But, Žižek asks, do we have to interpret quantum mechanics and the indeterminacy principle in this theologico-digital way?
The answer is, of course, no. But the solution suggested by Žižek, following the work of Ernst Bloch - to whom I will come in a moment, may seem to some people even more unlikely and difficult to take than the Matrix-like idea. It is to accept the ontological incompleteness of reality, God-or-Nature, itself. It strongly suggests that the world is like it is and that it hangs together as it does because of, and not in spite of, its incompleteness, its radical openness and its not-yet-ness.
It should be clear that this cuts strongly against so much of the thinking about God and reality that has predominated in our cultural traditions for many, many centuries.
But, for all that, there are indications within our tradition of thinking that have been open to the possible incompleteness and radical openness of reality or God-or-Nature. These sources may help us deal creatively and religiously with the thought that incompleteness, fuzzyiness and uncertainty may be structural qualities of reality.
In the Greek tradition we inherit perhaps the most famous example of this is found in some of the surviving philosophical fragments of the pre-Socratic philosopher, Heraclitus of Ephesus (c. 535–c. 475 BCE). He is well known, thanks particularly to Plato, as the philosopher who stressed the "flux" of all things rather than their stability (cf. Robin Waterfield, "The First Philosophers - The Presocratics and the Sophists", OUP, 2000, p. 33). Heraclitus is most famous for his saying, "It is impossible to step twice into the same river . . . it scatters and regathers, comes together and dissolves, approaches and departs" (Plutarch, "On the E at Delphi" 392b10-c3 Babbit - cited in Waterfield, p. 41).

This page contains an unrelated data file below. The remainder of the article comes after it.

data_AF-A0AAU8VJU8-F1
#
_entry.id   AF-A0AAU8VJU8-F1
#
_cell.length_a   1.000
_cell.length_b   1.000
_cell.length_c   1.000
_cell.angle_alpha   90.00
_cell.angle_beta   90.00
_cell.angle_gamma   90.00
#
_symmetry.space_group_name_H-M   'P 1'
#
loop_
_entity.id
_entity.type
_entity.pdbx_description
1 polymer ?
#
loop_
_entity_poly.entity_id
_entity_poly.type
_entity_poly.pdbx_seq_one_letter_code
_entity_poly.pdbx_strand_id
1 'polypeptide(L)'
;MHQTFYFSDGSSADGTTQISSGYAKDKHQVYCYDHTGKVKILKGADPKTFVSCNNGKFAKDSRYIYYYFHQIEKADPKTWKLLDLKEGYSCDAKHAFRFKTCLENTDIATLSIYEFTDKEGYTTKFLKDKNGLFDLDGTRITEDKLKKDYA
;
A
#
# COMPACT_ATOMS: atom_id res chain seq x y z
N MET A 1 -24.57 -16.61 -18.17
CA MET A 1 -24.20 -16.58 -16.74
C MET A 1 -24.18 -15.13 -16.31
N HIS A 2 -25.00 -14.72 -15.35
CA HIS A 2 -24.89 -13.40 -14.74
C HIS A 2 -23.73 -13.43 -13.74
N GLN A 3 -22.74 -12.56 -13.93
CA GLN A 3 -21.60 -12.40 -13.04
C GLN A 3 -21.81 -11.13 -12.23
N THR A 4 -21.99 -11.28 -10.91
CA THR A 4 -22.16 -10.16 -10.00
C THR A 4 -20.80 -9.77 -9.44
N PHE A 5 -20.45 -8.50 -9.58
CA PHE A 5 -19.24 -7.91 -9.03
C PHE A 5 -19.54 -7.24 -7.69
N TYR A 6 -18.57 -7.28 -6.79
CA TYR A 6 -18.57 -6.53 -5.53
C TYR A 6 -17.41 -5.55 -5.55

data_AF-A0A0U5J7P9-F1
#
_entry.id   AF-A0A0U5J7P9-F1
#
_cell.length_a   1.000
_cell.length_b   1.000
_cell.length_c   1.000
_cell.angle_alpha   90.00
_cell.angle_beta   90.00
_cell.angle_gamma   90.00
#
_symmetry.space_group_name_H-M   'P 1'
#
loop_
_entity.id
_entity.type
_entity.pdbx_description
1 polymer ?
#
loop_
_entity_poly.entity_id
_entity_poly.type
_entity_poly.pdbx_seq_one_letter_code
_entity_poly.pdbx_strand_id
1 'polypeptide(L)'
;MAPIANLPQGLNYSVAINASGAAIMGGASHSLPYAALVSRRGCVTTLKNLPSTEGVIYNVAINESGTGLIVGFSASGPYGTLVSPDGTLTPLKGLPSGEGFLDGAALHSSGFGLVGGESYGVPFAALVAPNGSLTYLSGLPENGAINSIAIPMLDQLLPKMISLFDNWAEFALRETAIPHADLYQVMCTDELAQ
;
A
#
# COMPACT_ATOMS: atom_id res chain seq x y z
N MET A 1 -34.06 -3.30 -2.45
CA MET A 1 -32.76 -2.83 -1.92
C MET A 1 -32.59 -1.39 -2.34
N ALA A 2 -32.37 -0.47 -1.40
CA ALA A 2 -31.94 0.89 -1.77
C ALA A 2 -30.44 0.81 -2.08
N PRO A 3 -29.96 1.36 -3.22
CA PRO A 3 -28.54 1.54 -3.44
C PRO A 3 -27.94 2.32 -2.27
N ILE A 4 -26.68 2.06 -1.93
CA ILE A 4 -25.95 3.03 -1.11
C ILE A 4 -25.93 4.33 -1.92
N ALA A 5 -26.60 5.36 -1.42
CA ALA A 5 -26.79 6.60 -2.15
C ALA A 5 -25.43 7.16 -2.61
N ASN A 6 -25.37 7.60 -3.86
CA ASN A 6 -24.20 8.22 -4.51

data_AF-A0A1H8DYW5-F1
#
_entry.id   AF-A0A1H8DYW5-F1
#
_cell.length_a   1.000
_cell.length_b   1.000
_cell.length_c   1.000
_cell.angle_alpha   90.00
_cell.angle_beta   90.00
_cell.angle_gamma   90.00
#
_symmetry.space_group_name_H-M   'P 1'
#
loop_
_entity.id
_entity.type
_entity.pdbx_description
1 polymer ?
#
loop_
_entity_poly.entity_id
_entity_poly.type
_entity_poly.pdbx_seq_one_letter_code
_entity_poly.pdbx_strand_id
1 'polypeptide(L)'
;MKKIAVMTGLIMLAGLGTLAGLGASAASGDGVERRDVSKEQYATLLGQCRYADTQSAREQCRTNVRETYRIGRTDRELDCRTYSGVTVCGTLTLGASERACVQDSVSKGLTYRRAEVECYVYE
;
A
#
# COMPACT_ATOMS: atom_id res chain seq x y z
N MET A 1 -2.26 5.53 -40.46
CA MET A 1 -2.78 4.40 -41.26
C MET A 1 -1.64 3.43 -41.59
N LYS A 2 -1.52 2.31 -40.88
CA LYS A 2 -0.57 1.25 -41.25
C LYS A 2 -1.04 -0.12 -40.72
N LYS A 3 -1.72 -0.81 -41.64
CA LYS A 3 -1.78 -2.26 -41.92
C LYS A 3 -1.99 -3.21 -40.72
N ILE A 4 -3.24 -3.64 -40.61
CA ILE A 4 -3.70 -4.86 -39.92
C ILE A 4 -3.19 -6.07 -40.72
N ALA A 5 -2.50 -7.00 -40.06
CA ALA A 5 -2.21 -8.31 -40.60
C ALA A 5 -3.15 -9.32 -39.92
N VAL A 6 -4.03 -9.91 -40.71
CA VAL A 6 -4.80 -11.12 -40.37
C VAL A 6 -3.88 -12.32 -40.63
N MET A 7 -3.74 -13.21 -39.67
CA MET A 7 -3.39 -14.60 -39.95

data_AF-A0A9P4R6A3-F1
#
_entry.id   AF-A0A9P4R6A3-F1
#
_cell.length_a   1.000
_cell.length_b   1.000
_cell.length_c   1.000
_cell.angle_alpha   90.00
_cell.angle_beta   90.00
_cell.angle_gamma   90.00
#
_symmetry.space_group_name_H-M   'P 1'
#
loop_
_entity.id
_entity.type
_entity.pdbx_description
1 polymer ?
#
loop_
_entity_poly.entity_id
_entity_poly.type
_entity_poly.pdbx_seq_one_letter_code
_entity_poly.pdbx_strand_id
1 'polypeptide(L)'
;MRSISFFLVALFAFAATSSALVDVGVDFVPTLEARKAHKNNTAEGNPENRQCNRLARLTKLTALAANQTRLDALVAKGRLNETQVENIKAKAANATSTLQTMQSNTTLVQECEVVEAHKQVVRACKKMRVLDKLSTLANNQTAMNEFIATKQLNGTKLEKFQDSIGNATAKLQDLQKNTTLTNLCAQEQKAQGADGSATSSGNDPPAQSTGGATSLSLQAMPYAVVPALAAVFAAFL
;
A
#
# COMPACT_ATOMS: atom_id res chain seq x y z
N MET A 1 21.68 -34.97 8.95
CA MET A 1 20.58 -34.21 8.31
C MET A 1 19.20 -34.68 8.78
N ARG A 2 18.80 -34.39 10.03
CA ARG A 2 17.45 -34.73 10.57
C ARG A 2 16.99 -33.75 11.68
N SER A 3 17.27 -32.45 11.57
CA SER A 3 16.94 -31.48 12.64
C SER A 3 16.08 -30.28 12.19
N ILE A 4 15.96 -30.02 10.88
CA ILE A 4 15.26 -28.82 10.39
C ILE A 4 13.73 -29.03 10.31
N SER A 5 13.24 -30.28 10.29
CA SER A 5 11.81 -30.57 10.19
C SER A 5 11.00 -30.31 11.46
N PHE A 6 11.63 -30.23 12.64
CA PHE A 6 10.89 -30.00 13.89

The most powerful example of this in our Biblical tradition is the way God is named in Exodus 3. The chapter begins with the famous story of God speaking to Moses from out of the burning bush. God there describes himself as "the God of your father, the God of Abraham, Isaac and Jacob". Moses then asks God, "If I come to the people of Israel and say to them, 'The God of your fathers has sent me to you,' and they ask me, 'What is his name?' what shall I say to them?", to which God replies, "Ehyeh Asher Ehyeh".
In our English Bibles the Hebrew, "Ehyeh Asher Ehyeh", is generally translated as "I Am that I Am". This translation has contributed to, and fitted well with, the thought that ultimate reality or God was static - that "He" is the perfect, complete, unchanging, designer and creator of the universe. But the tense of the Hebrew (as the Rabbi and Biblical scholar W. Gunther Plaut points out) "is not clear; it could mean 'I am' or 'I will be' (or 'I shall be')" (W. Gunther Plaut, "The Torah: A modern commentary", Union of Hebrew Congregations, New York 1981, p. 405). If you take a look at the footnotes of most reputable Bible translations this fact is clearly noted.